Applied Microbiology and Biotechnology

, Volume 97, Issue 15, pp 6979–6989 | Cite as

Production of hydrogen from domestic wastewater in a pilot-scale microbial electrolysis cell

  • E. S. HeidrichEmail author
  • J. Dolfing
  • K. Scott
  • S. R. Edwards
  • C. Jones
  • T. P. Curtis
Environmental biotechnology


Addressing the need to recover energy from the treatment of domestic wastewater, a 120-L microbial electrolysis cell was operated on site in Northern England, using raw domestic wastewater to produce virtually pure hydrogen gas (100 ± 6.4 %) for a period of over 3 months. The volumetric loading rate was 0.14 kg of chemical oxygen demand (COD) per cubic metre per day, just below the typical loading rates for activated sludge of 0.2–2 kg COD m−3 day−1, at an energetic cost of 2.3 kJ/g COD, which is below the values for activated sludge 2.5–7.2 kJ/g COD. The reactor produced an equivalent of 0.015 L H2 L−1 day−1, and recovered around 70 % of the electrical energy input with a coulombic efficiency of 55 %. Although the reactor did not reach the breakeven point of 100 % electrical energy recovery and COD removal was limited, improved hydrogen capture and reactor design could increase the performance levels substantially. Importantly, for the first time, a ‘proof of concept’ has been made, showing that this technology is capable of energy capture as hydrogen gas from low strength domestic wastewaters at ambient temperatures.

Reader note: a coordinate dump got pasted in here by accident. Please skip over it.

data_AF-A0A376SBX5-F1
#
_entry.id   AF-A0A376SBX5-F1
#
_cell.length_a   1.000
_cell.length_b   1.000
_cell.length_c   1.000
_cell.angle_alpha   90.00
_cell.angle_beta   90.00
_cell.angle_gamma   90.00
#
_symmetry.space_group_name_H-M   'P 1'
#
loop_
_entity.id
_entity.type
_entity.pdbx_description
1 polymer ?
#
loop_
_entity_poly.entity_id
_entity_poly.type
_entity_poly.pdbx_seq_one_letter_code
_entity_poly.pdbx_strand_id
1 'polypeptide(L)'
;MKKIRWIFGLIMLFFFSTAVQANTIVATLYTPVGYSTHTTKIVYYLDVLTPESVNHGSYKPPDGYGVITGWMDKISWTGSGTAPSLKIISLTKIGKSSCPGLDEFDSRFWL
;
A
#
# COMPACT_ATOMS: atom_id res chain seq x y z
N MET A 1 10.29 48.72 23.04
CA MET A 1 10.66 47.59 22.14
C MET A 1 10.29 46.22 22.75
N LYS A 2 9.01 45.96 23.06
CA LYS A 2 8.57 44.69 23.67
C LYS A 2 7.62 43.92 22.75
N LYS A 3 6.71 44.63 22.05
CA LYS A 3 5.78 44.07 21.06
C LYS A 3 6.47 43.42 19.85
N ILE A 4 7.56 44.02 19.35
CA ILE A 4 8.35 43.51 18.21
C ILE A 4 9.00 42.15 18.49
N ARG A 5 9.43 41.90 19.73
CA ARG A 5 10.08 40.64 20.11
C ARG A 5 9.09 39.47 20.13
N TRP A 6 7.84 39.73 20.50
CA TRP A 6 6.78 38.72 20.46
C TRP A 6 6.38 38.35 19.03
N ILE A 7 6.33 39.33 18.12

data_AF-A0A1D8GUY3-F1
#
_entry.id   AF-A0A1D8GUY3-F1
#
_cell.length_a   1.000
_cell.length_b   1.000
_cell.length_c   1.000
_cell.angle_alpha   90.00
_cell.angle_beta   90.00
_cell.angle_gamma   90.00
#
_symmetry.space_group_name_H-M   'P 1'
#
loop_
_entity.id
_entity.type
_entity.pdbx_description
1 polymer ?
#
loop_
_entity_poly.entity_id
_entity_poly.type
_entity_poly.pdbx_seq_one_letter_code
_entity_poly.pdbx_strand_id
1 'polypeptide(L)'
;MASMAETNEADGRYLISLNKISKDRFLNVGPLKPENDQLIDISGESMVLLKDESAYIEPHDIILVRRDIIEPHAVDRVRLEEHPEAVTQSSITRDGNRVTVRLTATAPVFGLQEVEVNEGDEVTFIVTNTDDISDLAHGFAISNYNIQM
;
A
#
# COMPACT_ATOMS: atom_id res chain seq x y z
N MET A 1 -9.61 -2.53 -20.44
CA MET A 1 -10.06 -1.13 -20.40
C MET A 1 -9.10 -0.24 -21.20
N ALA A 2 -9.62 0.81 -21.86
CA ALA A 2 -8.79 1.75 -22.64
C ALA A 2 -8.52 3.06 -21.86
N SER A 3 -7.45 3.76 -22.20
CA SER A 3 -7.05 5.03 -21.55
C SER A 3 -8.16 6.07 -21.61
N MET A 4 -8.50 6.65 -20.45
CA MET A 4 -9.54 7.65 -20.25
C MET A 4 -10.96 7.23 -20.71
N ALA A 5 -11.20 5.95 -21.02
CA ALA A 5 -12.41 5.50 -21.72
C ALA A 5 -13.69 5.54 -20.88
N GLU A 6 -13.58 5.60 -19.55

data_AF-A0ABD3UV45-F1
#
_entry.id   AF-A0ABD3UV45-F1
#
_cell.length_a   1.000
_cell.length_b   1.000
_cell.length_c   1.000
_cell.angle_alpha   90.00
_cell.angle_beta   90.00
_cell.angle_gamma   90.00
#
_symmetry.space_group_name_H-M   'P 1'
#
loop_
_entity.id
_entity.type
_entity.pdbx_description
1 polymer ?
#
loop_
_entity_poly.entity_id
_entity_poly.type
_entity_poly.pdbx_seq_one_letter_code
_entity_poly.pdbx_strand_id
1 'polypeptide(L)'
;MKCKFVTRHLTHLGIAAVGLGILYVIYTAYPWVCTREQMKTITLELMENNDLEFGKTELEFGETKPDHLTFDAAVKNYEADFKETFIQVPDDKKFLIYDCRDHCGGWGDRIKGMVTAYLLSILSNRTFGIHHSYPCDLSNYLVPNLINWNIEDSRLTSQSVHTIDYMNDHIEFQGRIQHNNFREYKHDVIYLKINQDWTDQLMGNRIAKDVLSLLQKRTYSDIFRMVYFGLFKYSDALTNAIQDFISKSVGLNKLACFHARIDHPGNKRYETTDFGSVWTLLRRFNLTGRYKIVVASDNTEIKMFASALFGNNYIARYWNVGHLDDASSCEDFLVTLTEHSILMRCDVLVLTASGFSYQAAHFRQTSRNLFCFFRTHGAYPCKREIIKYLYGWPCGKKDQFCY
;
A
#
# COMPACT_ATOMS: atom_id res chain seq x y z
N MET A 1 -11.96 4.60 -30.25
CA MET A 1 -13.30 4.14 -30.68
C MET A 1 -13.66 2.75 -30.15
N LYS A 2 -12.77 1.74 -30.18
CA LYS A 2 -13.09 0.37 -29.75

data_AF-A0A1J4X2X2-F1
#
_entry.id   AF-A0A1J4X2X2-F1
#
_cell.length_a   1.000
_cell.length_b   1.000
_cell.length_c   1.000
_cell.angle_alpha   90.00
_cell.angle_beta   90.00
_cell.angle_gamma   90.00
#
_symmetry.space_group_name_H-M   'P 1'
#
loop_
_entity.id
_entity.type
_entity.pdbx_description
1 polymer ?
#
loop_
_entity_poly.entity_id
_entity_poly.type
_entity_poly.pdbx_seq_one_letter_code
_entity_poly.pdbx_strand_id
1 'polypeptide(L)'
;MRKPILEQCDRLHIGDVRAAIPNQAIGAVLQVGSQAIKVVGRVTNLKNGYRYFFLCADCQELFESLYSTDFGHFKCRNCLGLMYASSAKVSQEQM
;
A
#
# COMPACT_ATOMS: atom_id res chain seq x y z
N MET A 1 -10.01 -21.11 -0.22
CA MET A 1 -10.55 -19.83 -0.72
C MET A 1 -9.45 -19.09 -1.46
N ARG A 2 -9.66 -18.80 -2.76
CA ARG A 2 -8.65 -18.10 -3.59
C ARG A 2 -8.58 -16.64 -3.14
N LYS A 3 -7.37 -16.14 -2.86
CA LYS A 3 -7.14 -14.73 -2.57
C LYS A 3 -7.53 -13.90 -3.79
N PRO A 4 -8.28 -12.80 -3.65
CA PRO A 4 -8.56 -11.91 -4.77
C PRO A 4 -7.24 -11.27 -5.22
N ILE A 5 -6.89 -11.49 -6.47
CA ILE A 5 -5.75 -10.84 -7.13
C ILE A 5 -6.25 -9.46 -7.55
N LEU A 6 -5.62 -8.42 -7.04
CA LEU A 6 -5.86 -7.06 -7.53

Microbial electrolysis cell Hydrogen Wastewater Energy 



The authors would like to thank the staff at Northumbrian Water Limited, Andrew Moore, Steve Robson and Laura Stephenson, as without their support this project would not have been possible. The authors also thank Christine Jeans for preparing the reactor diagrams. This work was financially supported by the Engineering and Physical Sciences Research Council and Northumbrian Water Limited.


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Copyright information

© Springer-Verlag Berlin Heidelberg 2012

Authors and Affiliations

  • E. S. Heidrich
    • 1
    Email author
  • J. Dolfing
    • 1
  • K. Scott
    • 2
  • S. R. Edwards
    • 1
  • C. Jones
    • 3
  • T. P. Curtis
    • 1
  1. 1.School of Civil Engineering and GeosciencesNewcastle UniversityNewcastle upon TyneUK
  2. 2.School of Chemical Engineering and Advanced MaterialsNewcastle UniversityNewcastle upon TyneUK
  3. 3.Northumbrian Water Ltd.DurhamUK

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